‘Baseball thing has to take back seat’ to global pandemic, White Sox’ Lucas Giolito says
“We wish we were out there playing. At the same time, we are in the middle of a crisis, and we can’t force the issue,” Giolito says.
Right-hander Lucas Giolito compared the possibility of playing baseball games in empty stadiums to minor-league and spring-training experiences on the back training fields in Arizona and Florida. If having to play in front of no fans if baseball resumes this season becomes a reality, so be it.
Giolito and every other player will just have to reach down and deal with it.
“That’s definitely not the most enjoyable experience for a player,” Giolito said on a conference call Tuesday. “I really love to feed off the crowd’s energy, whether that’s at home and everyone’s rooting for me or if we’re on the road and I want to shut all the other fans up. I like that part of the game.
“[But] I don’t think it has too much of an effect. If things matter, if games matter, we’d be able to go and get it done with or without fans in the stadium. But I’d definitely prefer to have fans.”
It would beat not playing at all. Major League Baseball hopes to get as many games as possible into its 2020 season, which is on hold because of the coronavirus pandemic. But when major-league cities such as Toronto announce, as it did Tuesday, the banning of all city-led public events until June 30 (though sporting events aren’t specifically barred), everything from half a schedule to playing well into November to playing at neutral sites to playing at least a portion of games in front of television and radio audiences only is in play.
Giolito realizes sports are important to people, but he knows a global pandemic is bigger than baseball.
“It’s a tough one,” Giolito said. “Baseball, America’s pastime, it brings people together. We’re missing that right now.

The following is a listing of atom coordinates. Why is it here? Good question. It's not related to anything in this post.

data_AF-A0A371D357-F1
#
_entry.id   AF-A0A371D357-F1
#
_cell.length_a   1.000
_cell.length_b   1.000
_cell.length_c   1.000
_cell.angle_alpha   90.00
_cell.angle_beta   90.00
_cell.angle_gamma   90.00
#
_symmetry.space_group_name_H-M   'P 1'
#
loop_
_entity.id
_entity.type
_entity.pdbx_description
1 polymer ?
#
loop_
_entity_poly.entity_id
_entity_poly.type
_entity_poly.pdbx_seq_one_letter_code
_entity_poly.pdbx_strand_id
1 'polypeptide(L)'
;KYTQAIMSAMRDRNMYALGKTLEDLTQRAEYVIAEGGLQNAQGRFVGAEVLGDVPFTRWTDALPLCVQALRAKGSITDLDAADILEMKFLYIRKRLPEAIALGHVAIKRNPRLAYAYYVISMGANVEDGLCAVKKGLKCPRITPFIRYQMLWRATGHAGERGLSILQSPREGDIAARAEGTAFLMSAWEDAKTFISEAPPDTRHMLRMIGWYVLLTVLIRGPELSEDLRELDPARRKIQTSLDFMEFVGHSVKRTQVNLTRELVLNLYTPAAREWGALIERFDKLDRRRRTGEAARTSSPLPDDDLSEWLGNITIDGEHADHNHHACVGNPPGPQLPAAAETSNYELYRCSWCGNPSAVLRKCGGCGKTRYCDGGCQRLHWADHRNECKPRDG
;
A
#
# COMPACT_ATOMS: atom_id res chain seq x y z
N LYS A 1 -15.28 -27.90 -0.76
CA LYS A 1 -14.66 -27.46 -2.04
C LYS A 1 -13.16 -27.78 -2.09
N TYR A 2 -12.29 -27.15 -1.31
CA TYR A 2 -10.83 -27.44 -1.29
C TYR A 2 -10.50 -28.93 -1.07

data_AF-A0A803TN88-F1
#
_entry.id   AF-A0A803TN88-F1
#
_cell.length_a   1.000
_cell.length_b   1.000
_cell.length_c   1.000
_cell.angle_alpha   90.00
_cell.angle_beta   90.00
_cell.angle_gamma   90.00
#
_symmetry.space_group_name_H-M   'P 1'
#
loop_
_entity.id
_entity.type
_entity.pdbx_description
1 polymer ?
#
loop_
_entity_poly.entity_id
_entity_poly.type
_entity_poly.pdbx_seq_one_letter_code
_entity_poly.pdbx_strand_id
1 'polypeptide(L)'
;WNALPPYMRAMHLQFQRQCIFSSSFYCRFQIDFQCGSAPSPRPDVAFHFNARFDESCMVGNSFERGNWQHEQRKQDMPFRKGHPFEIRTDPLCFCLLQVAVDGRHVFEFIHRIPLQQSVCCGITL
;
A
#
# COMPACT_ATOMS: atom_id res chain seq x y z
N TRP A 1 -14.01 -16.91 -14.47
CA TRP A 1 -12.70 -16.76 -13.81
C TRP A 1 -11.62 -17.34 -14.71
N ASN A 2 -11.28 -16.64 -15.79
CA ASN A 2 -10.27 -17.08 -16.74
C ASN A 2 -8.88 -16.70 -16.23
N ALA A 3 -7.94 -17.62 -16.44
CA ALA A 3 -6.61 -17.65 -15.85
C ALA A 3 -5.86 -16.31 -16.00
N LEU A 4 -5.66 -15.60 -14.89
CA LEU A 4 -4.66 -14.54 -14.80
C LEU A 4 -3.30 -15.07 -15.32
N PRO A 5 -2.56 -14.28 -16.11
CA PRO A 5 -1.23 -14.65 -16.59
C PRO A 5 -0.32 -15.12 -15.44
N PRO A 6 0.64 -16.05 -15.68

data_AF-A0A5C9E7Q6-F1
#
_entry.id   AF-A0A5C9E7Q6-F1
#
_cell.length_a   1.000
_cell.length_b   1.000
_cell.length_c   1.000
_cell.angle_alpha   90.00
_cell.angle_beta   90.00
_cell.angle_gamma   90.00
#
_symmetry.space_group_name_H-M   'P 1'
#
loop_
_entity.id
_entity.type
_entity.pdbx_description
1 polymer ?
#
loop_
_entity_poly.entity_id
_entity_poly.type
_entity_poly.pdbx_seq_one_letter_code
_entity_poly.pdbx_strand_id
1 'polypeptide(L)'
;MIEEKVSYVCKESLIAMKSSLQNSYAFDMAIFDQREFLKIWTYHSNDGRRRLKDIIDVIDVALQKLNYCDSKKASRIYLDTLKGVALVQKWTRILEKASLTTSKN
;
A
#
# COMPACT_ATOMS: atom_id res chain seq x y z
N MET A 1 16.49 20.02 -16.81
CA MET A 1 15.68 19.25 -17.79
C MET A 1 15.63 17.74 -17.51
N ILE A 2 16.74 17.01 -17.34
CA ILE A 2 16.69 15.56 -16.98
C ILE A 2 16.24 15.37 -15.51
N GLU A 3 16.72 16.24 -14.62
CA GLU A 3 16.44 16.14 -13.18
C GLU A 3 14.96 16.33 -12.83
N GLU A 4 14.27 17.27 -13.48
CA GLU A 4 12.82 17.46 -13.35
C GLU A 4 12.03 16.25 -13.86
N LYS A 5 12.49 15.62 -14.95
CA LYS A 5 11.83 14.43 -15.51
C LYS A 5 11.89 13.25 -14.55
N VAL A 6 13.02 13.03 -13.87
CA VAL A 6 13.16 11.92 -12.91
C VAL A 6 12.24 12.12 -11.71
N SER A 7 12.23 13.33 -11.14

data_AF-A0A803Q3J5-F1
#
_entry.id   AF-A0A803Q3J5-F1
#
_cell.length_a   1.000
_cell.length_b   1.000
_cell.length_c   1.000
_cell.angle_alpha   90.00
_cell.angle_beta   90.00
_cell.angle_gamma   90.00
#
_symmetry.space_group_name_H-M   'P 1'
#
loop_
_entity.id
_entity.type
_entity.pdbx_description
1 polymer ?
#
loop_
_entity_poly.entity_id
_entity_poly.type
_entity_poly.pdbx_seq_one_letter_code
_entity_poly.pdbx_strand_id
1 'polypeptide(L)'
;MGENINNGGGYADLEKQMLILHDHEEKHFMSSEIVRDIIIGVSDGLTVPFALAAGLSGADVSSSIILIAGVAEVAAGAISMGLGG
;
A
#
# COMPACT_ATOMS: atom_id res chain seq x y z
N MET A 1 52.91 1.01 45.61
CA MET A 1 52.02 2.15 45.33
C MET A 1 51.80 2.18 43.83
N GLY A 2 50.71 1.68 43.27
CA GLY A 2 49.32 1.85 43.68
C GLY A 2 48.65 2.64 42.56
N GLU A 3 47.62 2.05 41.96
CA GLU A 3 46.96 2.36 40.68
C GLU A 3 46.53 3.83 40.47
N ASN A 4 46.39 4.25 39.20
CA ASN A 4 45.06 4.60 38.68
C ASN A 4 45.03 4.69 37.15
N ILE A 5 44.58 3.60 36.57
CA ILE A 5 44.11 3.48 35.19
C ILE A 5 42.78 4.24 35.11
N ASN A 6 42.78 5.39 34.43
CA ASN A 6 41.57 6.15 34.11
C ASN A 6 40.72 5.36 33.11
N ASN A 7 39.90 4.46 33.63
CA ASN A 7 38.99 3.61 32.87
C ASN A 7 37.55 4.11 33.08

“But, at the same time, there are some more important things going on. There are, unfortunately, people dying from this. It seems like it continues to spread more and more. The whole baseball thing does have to take a back seat.”
Last weekend, Giolito and his wife drove from the White Sox’ spring-training complex in Glendale, Arizona, to his home in California, where he is riding things out, taking all the necessary precautions and “crushing” a lot of TV from his couch. He watched five episodes of “Love Is Blind,” a reality show on Netflix, on Monday night. He’s also staying in contact with Sox pitching coaches Don Cooper and Curt Hasler and the Sox’ medical team and maintaining a throwing program as best he can.
“I’ve got a home gym set up in my garage,” said Giolito, who would have made the Sox’ Opening Day start against the Royals at Guaranteed Rate Field last Thursday and his second start against the Indians on Tuesday in Cleveland. “I have a net in my backyard, and I’m monitoring throwing.”
The current state that Giolito exists in is “weird. It almost feels like some sort of weird purgatory,” he said.
“We were in spring-training mode; everybody is on the same page. We were having a great camp, guys were coming together, and we were making great progress as a club. We were getting prepared for a really great season, and just out of nowhere, not very much warning, it was like, ‘All right, we have to shut it down, and everyone is on hold until further notice.’
“So it’s a weird vibe for guys like me; pretty much every guy around the league will probably tell you the same thing. It sucks. We wish we were out there playing. At the same time, we are in the middle of a crisis, and we can’t force the issue. We have to let everything run its course, and hopefully we can get this going as soon as possible.”